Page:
P36 Unmet Needs of Caregivers in Locally Advanced or Metastatic Bladder Cancer from Social Media in the US


      Bladder cancer (BC) is the sixth most common cancer in the US; the prognosis for patients with locally advanced or metastatic BC is very poor. Few studies have assessed its burden on caregivers. This study aimed to characterize difficulties and unmet needs of caregivers for patients with locally advanced or metastatic BC as reported on social media.


      US caregiver testimonials were collected from social media posts between January 2015 and April 2021 using specific terms for locally advanced or metastatic BC. These were qualitatively analyzed to identify caregiver difficulties and unmet need until saturation.


      Of 1214 testimonials from 679 caregivers on 72 social media sources, 423 were randomly selected and analyzed until saturation. From those that reported age-related data (<15% of testimonials), most caregivers were women (83.2%) with a mean age of 35.4 years, whereas the reported mean age of patients was 67.2 years. A total of 177 testimonials that expressed ≥1 caregiver- or patient-centered difficulty were identified and classified into a list of 36 types of challenges. The main difficulties related to the caregivers’ psychological impact throughout the patient journey (26%), the desire to share experiences among peers/support groups (15.8%), and the fear and management of patients’ adverse events (12.4%). Other major difficulties expressed included the specific psychological burden of end-of-life support or grief work (10.2%), the daily impact of being a caregiver (relocation, time consumption; 9.6%), stress due to screening and diagnostic delay (7.3%), and the change in relationships between patients and caregivers (5.1%).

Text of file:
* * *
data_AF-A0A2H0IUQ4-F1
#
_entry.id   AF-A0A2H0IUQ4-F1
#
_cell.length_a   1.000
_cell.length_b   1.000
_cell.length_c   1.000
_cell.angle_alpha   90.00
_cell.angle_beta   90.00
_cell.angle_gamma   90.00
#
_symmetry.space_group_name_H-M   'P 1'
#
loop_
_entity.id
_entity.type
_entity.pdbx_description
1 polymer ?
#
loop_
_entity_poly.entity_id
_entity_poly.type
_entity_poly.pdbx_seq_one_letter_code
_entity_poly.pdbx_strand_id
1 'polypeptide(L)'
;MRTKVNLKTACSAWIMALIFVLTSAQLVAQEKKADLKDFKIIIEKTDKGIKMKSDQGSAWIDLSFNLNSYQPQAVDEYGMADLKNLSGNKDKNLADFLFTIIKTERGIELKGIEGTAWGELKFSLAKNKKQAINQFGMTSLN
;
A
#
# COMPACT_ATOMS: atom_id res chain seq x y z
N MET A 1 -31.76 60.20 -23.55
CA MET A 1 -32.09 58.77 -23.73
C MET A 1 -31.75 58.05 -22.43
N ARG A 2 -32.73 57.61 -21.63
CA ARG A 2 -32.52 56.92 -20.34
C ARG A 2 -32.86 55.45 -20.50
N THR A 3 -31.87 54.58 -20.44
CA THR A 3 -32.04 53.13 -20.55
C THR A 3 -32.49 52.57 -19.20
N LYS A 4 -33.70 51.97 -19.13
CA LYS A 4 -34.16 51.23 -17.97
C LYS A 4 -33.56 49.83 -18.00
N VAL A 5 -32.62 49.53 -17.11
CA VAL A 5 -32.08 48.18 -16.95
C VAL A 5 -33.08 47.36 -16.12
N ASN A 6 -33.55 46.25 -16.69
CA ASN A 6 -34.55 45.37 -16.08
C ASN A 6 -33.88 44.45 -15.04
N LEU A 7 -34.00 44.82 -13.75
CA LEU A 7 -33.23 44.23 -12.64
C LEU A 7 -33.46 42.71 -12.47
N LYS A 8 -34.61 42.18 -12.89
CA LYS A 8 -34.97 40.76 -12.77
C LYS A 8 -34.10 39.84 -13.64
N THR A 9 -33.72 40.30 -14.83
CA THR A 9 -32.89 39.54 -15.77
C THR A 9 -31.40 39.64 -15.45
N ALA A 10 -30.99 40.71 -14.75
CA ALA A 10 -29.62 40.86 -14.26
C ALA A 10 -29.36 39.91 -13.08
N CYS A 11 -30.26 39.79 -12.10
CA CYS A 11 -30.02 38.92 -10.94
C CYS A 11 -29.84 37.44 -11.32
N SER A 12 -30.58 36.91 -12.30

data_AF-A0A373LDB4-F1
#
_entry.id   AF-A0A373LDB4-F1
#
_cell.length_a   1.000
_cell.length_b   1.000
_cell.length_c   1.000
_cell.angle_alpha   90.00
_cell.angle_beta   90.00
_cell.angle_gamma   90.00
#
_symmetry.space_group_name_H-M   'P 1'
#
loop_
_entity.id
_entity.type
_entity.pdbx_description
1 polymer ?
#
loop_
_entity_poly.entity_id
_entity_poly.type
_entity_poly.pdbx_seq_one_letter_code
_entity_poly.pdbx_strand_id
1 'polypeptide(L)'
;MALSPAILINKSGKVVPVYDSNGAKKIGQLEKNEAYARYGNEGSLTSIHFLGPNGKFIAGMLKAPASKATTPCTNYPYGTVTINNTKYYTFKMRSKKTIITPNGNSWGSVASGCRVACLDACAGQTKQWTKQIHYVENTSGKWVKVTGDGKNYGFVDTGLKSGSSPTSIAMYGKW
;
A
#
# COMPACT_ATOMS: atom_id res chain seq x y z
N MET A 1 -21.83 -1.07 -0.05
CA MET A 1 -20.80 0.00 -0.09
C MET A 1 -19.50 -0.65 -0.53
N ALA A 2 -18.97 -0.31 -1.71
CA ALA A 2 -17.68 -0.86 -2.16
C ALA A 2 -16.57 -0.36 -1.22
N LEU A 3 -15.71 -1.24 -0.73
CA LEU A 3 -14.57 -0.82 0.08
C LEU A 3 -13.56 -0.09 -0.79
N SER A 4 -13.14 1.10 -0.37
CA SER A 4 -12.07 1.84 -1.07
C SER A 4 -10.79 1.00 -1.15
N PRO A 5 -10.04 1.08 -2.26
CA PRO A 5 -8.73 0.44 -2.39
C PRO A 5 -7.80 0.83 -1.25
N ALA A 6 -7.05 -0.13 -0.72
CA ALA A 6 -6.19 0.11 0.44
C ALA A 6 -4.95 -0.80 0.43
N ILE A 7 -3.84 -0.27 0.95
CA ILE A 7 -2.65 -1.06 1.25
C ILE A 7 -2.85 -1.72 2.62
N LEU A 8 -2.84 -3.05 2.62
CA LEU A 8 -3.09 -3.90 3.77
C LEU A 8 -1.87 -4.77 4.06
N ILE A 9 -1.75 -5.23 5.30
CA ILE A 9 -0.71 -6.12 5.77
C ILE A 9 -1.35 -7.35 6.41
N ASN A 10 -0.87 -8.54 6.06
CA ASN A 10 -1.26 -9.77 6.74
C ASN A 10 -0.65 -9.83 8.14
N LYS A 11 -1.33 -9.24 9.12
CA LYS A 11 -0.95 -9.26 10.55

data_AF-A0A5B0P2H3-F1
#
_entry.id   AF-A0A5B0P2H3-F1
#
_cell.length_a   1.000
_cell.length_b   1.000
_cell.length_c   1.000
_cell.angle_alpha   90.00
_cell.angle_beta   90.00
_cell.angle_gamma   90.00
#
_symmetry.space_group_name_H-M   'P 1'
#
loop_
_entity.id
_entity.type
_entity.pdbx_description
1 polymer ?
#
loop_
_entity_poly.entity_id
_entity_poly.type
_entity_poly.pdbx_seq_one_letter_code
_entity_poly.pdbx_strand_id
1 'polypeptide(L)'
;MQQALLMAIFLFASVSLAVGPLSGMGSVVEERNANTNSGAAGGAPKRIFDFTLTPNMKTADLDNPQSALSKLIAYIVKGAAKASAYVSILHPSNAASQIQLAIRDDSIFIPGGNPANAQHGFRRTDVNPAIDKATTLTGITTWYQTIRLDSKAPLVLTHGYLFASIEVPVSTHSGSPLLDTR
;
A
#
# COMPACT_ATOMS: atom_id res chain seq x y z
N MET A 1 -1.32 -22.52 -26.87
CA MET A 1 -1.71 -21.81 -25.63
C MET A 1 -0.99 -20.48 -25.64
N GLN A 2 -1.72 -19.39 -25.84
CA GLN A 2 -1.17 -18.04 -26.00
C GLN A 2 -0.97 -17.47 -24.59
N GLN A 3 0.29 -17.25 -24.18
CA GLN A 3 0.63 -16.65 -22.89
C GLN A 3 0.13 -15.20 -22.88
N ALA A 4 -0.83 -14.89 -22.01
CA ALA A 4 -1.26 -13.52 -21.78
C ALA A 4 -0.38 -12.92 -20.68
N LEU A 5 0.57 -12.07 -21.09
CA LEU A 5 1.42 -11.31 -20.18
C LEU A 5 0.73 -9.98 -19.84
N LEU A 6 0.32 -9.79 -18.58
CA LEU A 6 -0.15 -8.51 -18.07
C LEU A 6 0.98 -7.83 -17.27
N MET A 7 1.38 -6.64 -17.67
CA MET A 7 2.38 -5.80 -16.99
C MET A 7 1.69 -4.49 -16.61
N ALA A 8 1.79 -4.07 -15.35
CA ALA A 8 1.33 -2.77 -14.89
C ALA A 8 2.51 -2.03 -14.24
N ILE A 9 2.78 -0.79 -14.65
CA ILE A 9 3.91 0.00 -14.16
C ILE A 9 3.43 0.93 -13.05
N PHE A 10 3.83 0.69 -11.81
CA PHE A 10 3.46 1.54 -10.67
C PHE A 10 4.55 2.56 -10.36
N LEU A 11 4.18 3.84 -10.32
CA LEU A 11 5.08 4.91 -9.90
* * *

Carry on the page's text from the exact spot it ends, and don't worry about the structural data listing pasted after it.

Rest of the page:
Qualitative analysis of social media testimonials from caregivers of patients with BC in the US provided insights on the substantial psychological impact and burden of care on them. Future research may explore BC caregiver well-being and quality of life as outcomes in quantitative studies.